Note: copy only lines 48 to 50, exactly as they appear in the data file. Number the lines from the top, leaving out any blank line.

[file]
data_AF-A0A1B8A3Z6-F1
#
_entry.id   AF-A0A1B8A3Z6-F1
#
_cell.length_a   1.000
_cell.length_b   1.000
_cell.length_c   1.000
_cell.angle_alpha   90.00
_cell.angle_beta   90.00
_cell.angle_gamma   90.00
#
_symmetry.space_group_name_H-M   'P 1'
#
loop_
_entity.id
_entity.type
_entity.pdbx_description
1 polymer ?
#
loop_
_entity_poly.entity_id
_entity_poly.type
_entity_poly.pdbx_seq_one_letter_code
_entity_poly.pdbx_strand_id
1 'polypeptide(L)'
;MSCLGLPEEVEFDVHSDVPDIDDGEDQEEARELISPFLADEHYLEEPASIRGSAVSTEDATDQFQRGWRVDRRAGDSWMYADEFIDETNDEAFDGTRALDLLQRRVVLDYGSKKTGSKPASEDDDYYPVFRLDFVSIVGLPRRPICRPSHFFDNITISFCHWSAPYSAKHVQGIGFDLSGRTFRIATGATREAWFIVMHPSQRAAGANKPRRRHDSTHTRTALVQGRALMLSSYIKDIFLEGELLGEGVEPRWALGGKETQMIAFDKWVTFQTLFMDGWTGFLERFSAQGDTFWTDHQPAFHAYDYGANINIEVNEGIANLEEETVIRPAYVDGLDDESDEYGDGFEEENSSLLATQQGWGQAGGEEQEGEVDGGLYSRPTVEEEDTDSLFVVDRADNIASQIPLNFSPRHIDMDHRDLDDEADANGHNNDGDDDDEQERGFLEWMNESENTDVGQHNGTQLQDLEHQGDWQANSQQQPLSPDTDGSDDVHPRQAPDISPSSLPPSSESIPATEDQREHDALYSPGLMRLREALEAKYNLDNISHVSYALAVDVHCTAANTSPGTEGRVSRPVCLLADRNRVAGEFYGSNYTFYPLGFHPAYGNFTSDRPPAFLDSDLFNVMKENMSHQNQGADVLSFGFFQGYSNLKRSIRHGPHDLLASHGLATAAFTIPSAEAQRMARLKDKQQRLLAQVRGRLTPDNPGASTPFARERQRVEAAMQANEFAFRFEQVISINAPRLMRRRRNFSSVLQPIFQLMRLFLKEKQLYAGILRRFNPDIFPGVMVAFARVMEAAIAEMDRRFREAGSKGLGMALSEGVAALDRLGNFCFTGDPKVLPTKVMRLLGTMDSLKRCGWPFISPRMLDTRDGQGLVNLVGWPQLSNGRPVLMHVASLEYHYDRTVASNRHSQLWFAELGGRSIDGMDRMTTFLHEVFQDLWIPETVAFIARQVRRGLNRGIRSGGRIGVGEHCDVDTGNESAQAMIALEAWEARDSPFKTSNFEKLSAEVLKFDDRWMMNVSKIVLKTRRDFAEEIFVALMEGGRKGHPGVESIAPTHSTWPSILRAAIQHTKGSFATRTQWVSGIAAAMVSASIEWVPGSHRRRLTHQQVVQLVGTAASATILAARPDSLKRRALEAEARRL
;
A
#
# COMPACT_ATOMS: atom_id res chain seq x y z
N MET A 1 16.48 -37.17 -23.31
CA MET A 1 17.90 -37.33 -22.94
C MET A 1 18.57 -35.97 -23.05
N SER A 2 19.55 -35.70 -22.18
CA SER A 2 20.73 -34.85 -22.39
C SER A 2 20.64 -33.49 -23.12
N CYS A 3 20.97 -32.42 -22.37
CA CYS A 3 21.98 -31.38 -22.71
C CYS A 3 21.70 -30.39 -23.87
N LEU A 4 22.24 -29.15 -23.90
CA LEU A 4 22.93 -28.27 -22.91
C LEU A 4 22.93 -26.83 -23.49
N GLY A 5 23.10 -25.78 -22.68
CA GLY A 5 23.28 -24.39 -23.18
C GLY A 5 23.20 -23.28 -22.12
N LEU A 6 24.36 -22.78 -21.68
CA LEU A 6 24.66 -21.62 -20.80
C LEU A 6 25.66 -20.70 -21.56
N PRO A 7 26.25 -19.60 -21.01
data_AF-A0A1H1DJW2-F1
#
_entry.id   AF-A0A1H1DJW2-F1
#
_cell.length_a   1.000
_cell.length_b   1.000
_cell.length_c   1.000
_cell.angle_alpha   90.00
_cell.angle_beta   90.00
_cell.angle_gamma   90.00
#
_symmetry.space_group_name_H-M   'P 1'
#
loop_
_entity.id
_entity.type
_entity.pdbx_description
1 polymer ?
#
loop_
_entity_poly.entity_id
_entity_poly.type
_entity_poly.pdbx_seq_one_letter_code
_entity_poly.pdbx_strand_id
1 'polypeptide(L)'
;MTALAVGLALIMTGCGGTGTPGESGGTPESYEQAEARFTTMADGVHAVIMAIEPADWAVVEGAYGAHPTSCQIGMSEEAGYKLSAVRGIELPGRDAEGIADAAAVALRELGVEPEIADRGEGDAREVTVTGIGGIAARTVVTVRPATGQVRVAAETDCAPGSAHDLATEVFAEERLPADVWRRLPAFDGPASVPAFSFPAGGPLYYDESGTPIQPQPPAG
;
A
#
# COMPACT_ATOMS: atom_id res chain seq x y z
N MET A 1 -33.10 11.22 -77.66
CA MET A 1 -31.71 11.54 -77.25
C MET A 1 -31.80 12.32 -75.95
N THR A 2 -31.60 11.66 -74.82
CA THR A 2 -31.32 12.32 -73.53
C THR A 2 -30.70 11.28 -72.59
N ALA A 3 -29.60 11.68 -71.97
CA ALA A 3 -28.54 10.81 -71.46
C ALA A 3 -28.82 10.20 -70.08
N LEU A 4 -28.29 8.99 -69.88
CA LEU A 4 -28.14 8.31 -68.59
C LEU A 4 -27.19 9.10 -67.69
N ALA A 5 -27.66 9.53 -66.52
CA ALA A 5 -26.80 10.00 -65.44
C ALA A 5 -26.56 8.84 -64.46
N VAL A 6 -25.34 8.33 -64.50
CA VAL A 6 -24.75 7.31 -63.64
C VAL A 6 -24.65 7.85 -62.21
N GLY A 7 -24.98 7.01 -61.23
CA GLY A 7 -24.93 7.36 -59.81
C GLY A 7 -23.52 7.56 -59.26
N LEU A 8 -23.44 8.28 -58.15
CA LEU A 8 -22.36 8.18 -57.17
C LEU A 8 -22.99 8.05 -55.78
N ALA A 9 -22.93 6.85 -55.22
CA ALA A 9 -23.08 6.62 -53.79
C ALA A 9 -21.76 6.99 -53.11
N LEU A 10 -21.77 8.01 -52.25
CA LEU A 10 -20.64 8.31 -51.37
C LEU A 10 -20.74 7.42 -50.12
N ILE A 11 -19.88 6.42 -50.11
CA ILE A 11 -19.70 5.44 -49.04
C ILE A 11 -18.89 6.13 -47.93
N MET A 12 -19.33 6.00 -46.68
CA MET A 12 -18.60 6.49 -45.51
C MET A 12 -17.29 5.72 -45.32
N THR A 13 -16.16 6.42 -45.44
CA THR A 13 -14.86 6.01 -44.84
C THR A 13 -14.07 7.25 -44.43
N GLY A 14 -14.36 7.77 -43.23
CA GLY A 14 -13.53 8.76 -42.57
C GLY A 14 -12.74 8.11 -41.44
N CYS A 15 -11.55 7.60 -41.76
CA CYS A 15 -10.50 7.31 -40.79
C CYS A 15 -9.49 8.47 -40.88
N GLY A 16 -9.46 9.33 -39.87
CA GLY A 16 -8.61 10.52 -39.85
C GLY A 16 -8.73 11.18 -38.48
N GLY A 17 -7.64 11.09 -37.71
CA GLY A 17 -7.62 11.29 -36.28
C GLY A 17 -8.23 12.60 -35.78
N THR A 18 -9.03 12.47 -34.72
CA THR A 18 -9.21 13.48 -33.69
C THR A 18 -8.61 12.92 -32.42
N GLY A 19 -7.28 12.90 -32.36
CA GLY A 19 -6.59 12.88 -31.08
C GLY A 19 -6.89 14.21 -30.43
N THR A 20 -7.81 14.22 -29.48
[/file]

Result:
C LEU A 6 25.66 -20.70 -21.56
N PRO A 7 26.25 -19.60 -21.01
data_AF-A0A1H1DJW2-F1